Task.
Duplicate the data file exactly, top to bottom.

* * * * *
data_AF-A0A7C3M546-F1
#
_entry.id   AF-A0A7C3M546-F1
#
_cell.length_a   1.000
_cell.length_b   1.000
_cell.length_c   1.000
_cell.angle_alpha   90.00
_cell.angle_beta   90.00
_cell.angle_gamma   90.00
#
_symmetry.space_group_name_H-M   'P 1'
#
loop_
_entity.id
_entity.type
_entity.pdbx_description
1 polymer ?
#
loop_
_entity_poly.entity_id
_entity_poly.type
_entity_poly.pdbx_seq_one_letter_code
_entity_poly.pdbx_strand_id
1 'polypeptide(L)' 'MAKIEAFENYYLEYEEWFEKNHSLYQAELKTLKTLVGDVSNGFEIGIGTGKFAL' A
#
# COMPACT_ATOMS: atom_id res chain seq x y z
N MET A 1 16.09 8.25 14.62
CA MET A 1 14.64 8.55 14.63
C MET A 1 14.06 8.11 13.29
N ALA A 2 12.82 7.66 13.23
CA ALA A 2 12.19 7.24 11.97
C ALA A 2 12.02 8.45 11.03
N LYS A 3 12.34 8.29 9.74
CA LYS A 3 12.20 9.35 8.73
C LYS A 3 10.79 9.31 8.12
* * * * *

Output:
data_AF-A0A7C3M546-F1
#
_entry.id   AF-A0A7C3M546-F1
#
_cell.length_a   1.000
_cell.length_b   1.000
_cell.length_c   1.000
_cell.angle_alpha   90.00
_cell.angle_beta   90.00
_cell.angle_gamma   90.00
#
_symmetry.space_group_name_H-M   'P 1'
#
loop_
_entity.id
_entity.type
_entity.pdbx_description
1 polymer ?
#
loop_
_entity_poly.entity_id
_entity_poly.type
_entity_poly.pdbx_seq_one_letter_code
_entity_poly.pdbx_strand_id
1 'polypeptide(L)' 'MAKIEAFENYYLEYEEWFEKNHSLYQAELKTLKTLVGDVSNGFEIGIGTGKFAL' A
#
# COMPACT_ATOMS: atom_id res chain seq x y z
N MET A 1 16.09 8.25 14.62
CA MET A 1 14.64 8.55 14.63
C MET A 1 14.06 8.11 13.29
N ALA A 2 12.82 7.66 13.23
CA ALA A 2 12.19 7.24 11.97
C ALA A 2 12.02 8.45 11.03
N LYS A 3 12.34 8.29 9.74
CA LYS A 3 12.20 9.35 8.73
C LYS A 3 10.79 9.31 8.12